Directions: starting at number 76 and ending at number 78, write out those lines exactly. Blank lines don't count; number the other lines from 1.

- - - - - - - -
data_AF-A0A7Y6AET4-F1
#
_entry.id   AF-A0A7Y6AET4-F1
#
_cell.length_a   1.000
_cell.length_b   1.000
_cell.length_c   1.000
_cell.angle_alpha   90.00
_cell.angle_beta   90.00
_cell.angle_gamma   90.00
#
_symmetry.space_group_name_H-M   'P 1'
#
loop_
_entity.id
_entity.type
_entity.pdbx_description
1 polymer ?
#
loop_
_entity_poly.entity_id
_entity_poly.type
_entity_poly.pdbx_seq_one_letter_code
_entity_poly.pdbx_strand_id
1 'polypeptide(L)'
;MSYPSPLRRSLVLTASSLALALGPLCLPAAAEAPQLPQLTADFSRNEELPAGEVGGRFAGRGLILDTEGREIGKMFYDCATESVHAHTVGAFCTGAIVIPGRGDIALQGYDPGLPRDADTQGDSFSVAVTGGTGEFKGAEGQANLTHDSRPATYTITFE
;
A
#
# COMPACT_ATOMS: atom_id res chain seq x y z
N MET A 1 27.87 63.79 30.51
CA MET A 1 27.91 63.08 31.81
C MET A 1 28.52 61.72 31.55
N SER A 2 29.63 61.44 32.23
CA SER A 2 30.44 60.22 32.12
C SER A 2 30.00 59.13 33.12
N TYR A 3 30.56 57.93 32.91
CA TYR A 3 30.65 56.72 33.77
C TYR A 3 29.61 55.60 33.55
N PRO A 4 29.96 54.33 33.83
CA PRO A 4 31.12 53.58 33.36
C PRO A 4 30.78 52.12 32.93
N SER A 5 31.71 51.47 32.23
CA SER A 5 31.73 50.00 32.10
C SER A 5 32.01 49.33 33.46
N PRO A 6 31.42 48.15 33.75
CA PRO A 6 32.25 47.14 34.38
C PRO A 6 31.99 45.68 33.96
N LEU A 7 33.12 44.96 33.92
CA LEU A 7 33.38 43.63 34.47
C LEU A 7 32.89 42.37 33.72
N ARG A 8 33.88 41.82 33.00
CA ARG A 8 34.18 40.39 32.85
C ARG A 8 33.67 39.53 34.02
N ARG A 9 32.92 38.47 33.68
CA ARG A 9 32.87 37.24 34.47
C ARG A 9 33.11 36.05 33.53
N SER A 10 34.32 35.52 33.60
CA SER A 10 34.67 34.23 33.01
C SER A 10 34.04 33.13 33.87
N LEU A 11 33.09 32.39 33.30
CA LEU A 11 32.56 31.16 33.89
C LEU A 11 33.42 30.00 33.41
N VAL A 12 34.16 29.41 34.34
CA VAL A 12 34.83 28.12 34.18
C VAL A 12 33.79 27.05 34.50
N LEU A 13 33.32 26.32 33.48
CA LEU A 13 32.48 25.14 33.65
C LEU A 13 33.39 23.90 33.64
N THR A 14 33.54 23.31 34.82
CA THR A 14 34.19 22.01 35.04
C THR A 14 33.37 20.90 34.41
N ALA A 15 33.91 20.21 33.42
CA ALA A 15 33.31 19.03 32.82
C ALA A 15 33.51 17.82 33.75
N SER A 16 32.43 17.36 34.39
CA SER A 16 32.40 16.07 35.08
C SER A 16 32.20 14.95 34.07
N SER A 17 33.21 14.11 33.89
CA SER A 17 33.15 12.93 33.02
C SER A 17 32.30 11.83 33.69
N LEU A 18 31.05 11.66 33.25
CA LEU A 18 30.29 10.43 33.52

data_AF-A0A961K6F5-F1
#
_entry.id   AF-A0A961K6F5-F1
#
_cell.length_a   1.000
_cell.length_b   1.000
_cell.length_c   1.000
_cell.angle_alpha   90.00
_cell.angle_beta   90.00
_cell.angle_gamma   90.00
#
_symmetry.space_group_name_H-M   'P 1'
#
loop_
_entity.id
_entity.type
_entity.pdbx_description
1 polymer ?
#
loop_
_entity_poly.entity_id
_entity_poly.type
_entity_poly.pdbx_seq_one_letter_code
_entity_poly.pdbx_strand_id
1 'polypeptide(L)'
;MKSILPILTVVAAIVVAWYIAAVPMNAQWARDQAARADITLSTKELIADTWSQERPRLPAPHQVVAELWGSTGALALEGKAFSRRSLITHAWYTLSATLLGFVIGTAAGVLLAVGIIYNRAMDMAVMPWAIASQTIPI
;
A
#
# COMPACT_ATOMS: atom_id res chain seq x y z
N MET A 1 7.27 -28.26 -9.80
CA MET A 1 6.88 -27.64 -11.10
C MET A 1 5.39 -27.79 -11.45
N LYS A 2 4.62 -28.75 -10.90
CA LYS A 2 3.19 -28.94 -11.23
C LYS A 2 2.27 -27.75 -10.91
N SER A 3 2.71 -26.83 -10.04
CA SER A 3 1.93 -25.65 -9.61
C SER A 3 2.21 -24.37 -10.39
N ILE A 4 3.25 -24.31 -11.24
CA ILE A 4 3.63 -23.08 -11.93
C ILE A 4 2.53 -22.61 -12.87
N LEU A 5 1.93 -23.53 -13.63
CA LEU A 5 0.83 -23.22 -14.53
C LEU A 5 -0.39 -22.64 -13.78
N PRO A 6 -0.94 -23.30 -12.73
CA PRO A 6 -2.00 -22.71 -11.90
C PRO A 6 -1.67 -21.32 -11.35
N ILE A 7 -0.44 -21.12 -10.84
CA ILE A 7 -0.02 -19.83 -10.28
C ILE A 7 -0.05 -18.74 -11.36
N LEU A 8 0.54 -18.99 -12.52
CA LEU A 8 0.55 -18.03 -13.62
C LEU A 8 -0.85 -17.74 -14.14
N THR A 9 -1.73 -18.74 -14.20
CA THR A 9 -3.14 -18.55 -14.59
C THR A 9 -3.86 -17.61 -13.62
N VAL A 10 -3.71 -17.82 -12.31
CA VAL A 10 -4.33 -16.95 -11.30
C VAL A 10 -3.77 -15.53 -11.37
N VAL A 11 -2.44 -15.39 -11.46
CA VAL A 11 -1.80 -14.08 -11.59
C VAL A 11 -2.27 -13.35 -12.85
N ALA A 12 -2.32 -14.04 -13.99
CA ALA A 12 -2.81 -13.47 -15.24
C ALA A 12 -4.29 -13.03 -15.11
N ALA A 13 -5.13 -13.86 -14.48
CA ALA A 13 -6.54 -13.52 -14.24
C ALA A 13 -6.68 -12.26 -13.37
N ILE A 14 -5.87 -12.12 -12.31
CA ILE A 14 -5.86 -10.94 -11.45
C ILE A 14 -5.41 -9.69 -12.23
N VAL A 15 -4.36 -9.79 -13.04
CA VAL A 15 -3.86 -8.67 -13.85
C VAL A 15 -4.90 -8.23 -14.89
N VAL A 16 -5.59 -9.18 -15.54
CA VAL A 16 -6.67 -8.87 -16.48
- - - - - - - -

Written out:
N SER A 16 32.43 17.36 34.39
CA SER A 16 32.40 16.07 35.08
C SER A 16 32.20 14.95 34.07